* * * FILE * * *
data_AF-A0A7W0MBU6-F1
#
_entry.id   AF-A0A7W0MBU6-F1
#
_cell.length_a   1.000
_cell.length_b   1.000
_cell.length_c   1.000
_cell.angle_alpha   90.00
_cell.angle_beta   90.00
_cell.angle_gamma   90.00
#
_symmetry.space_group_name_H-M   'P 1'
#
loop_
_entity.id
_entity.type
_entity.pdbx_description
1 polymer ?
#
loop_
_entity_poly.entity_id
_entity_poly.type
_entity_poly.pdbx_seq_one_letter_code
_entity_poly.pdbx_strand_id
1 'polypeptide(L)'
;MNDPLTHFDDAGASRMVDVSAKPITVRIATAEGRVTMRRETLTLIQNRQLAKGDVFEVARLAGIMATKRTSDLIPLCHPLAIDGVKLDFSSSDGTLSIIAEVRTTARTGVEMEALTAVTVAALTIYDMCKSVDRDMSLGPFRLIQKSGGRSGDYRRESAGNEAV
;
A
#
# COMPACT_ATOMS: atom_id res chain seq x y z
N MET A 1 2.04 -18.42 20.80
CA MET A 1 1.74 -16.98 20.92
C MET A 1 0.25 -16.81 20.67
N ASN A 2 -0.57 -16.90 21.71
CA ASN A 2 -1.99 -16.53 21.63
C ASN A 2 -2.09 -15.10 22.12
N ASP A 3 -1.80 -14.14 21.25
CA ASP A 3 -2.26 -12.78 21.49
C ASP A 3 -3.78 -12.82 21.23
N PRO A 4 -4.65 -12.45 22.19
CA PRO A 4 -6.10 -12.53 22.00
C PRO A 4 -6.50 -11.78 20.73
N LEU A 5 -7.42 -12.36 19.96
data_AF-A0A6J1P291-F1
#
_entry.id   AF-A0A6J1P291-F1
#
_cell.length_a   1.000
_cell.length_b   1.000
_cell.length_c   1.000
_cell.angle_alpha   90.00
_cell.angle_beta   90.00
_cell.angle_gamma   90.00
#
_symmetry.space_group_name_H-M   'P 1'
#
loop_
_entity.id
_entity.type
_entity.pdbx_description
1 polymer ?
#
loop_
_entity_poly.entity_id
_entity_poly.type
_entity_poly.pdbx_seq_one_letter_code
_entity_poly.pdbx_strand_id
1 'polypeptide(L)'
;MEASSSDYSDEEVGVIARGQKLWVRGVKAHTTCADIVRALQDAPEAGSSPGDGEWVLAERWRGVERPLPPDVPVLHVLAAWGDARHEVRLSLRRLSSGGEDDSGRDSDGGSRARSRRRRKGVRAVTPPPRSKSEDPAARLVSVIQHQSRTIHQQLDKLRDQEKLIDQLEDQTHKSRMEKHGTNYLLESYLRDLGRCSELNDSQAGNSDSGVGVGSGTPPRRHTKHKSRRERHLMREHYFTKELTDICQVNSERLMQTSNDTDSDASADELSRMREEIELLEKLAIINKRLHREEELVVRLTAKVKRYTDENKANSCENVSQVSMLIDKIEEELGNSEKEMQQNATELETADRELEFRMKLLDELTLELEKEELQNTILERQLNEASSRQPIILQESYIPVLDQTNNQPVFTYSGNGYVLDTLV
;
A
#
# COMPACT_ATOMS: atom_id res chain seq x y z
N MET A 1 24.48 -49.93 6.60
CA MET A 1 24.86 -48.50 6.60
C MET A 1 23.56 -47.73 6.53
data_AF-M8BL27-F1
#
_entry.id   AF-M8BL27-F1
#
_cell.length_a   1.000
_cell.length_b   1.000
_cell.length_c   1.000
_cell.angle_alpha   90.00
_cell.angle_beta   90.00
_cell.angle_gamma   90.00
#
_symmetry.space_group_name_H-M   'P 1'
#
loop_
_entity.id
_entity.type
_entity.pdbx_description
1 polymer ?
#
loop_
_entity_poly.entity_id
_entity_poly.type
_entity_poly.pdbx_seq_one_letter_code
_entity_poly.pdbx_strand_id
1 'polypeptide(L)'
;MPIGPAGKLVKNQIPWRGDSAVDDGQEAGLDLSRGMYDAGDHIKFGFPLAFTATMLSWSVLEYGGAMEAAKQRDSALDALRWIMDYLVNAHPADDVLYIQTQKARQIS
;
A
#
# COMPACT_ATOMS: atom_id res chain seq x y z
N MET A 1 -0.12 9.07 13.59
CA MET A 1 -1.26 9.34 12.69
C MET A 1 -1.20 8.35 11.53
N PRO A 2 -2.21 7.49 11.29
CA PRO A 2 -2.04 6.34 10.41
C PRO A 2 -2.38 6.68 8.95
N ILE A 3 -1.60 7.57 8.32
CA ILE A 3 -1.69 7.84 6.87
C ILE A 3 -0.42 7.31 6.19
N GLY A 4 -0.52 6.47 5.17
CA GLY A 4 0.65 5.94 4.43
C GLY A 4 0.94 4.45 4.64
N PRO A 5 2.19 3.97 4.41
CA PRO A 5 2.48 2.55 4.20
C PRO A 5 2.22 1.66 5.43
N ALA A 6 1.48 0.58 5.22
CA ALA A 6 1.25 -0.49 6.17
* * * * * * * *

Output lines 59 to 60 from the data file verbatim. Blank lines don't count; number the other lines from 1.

_entity.type
_entity.pdbx_description